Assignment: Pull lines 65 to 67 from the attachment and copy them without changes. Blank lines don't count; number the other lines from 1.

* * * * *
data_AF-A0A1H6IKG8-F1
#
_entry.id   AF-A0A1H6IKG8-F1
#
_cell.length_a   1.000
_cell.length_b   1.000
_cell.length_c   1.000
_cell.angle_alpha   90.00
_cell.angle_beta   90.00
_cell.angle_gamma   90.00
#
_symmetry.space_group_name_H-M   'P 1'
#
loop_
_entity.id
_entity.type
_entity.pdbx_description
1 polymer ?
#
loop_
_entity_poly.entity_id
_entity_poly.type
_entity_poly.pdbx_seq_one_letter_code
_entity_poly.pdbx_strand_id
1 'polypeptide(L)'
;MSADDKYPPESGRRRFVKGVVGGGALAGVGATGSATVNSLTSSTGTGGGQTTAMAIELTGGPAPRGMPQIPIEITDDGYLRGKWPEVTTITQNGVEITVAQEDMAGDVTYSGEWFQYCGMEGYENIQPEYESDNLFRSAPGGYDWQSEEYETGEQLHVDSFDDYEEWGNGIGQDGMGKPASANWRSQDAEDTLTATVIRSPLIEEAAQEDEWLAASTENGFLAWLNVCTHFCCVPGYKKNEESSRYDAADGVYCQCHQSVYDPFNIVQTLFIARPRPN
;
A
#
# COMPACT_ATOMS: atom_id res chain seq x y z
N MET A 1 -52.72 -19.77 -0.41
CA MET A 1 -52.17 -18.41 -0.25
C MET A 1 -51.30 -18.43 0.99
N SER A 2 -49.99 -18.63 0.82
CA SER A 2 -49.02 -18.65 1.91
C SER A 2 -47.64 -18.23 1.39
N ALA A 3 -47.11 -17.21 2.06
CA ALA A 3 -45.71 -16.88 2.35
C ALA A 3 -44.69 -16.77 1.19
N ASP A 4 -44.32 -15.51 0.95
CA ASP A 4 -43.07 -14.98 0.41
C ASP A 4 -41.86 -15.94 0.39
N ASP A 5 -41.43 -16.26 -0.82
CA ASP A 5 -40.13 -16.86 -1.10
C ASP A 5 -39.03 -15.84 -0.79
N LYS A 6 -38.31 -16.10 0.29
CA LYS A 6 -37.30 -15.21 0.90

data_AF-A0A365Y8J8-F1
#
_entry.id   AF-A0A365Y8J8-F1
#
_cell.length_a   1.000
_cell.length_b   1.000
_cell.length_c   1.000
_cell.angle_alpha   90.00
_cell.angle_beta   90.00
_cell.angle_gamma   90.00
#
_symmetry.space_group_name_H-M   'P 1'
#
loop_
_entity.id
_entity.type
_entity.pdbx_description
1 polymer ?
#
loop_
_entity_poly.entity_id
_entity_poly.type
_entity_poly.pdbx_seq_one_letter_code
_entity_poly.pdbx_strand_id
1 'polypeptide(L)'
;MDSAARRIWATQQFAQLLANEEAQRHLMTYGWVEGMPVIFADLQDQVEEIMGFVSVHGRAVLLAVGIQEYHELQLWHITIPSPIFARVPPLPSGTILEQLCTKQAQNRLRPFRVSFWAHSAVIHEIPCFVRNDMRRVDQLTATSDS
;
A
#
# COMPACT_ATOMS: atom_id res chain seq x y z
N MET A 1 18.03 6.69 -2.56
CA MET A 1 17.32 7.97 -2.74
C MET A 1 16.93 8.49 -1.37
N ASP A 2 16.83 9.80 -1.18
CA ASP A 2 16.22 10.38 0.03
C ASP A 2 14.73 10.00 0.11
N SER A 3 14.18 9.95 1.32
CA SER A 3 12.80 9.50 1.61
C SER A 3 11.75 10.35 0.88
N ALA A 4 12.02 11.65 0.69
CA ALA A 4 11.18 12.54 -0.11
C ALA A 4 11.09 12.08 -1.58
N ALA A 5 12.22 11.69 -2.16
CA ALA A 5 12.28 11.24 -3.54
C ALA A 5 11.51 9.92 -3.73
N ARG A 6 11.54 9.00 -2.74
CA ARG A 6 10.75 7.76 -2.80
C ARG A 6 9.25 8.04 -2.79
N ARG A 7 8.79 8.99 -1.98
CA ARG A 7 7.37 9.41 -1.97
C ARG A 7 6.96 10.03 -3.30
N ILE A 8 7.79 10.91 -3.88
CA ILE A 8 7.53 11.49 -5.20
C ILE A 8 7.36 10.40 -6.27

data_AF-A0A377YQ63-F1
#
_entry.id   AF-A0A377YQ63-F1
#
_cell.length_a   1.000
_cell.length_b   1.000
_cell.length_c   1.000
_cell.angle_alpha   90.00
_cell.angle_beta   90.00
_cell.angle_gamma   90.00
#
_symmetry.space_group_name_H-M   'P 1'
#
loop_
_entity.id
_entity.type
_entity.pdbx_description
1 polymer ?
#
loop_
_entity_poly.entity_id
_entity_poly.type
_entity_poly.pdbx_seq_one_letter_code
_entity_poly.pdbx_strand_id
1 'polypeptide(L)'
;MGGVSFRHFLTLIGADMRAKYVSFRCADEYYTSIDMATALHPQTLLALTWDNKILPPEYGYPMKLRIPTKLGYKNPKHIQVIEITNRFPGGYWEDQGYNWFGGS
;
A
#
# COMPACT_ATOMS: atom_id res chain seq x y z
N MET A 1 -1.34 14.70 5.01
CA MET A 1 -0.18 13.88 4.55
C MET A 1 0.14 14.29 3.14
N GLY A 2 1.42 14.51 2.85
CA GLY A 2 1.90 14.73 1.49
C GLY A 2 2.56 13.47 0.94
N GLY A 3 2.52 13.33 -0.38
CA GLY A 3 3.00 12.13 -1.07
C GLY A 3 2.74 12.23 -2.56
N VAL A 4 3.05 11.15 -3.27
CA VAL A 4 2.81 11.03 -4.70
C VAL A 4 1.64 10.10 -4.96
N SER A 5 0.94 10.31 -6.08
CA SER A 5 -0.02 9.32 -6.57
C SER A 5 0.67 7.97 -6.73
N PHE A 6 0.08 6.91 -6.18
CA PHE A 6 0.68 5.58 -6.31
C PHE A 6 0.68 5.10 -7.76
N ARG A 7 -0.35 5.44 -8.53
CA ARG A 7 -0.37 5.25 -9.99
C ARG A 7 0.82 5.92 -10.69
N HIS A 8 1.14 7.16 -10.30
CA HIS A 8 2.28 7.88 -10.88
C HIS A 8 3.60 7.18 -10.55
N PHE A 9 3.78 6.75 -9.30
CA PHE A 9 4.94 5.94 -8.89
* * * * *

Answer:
1 polymer ?
#
loop_